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____ Thursday December 17, 2015 ____


Life Balance

Majority of professionals striking work-life balance

Survey Finds Balance Generally Good From Staff-Level to C-Level

Toronto - When it comes to work-life balance, new research suggests the scales are tipping in employees' favour. In a Robert Half Management Resources survey, 65 per cent of workers characterized their work-life balance as good or very good. Nearly two in five respondents (36 per cent) reported they have greater balance than three years ago.

Balance has also reached the C-suite. In a separate survey, 80 per cent of chief financial officers (CFOs) rated their work-life balance as good or very good.

While generally positive, the findings show room for improvement. Almost two in five of all workers (35 per cent) and 19 per cent of CFOs specifically consider their work-life balance fair or poor. In the survey of workers, 22 per cent of respondents said they have less balance now compared to three years ago.

Respondents were asked how they would rate their work-life balance. Their responses*:

All Workers


Very good – it's right where I want it to be



Good – it's close to where I want it to be



Fair – it needs improvement



Poor – I don't have balance





* Totals do not equal 100 per cent due to rounding.

In the survey of all workers, respondents also were asked how their work-life balance has changed compared to three years ago. Their responses:

Getting better


No change


Getting worse



"The meaning of work-life balance has evolved considerably in recent years, resulting in professional definitions that are incredibly nuanced and personal," said David King, Canadian president of Robert Half Management Resources. "It is up to managers to recognize that supporting employees to the fullest requires identifying what balance means to them, and helping to tailor an approach that fits their needs."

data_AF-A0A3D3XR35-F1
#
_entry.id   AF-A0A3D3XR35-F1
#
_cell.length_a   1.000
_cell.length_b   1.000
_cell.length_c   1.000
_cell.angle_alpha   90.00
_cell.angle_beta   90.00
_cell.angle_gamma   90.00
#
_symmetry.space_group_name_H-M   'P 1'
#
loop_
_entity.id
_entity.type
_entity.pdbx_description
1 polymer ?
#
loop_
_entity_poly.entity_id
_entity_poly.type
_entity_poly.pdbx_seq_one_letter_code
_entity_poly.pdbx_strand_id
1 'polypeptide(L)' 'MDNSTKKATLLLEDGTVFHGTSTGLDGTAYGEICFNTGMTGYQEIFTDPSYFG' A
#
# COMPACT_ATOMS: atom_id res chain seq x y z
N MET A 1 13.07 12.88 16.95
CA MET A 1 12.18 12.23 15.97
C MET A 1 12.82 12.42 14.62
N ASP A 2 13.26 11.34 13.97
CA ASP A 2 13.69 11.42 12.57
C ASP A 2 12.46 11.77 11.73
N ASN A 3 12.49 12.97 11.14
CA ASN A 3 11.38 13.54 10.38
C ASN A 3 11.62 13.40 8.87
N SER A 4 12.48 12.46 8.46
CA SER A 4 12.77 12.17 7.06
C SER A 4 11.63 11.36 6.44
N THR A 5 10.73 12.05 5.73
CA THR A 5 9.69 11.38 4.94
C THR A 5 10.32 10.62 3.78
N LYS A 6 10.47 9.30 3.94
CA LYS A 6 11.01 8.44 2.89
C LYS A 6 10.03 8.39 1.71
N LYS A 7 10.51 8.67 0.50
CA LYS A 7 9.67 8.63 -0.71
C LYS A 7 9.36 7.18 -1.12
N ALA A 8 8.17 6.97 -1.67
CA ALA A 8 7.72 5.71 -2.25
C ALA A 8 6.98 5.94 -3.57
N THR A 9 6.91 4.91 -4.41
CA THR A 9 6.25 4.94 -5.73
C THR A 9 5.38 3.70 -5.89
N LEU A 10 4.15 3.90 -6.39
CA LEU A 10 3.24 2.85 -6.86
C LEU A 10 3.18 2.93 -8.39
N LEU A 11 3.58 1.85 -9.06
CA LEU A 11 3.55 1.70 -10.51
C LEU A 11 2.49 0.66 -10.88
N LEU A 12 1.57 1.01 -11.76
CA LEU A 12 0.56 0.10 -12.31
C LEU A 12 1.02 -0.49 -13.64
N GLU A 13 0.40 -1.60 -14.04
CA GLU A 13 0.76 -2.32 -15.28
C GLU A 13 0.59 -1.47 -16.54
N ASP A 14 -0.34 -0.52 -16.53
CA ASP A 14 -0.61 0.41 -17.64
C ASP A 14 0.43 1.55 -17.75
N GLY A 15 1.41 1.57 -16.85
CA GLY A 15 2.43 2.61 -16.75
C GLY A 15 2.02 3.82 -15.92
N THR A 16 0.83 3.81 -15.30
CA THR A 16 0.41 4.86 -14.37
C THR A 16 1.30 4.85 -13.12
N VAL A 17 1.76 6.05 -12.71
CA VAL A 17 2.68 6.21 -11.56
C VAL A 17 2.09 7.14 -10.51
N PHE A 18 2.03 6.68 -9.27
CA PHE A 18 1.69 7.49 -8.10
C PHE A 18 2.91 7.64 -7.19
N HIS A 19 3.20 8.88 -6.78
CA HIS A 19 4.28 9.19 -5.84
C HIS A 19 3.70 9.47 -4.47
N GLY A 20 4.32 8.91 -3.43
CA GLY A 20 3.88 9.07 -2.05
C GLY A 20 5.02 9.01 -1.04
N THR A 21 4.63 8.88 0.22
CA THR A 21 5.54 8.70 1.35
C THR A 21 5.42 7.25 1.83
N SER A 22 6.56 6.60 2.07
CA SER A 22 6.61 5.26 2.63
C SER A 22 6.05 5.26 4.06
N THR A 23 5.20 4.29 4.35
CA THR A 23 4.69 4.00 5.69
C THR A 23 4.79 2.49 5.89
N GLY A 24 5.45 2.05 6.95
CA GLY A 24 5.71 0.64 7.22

King added that while technology allows for greater accessibility between professional and personal lives, it often makes lines between the two more ambiguous. "Although technology has transformed how, when and where we work, this flexibility often makes it difficult to completely disconnect on our down-time. For professionals in the modern workplace, it takes discipline to commit to a day-to-day that is both productive and fulfilling."

Five tips to help managers and professionals improve their teams' and their own work-life balance:

1. Take an individual approach to work-life balance: Managers should make the effort to learn what work-life balance means for their employees on an individual basis, acknowledging that it is not a one-size-fits-all program. Workers should consider their personal and career goals together when determining which benefits would work best for them.

2. Communicate: Adopt a work environment in which employees feel comfortable discussing their needs, and promote benefit programs that welcome feedback and are flexible. Employees should talk to their managers about their goals, and show how new changes in their work arrangements will also benefit the business.

3. Establish benchmarks: Create guidelines that help employees measure how well they're meeting their work-life balance objectives. As they would with any goal, workers should be prepared to track and report on how they are progressing.

4. Be flexible and make changes as necessary: Ensure that work-life balance is a topic of conversation at regular meetings with employees, and offer solutions when a situation doesn't seem to be working out. Employees, let your manager know when you're having problems, and what you can do to fix them. Your boss may have suggestions you hadn't considered.

5. Lead by example: Managers can set the tone for a successful work-life balance program by incorporating and following through on a tailored approach that fits with their own lifestyle and obligations. Likewise, employees should recognize that what works (or doesn't work) for them can serve as an example to others, and share their experiences with colleagues and superiors.

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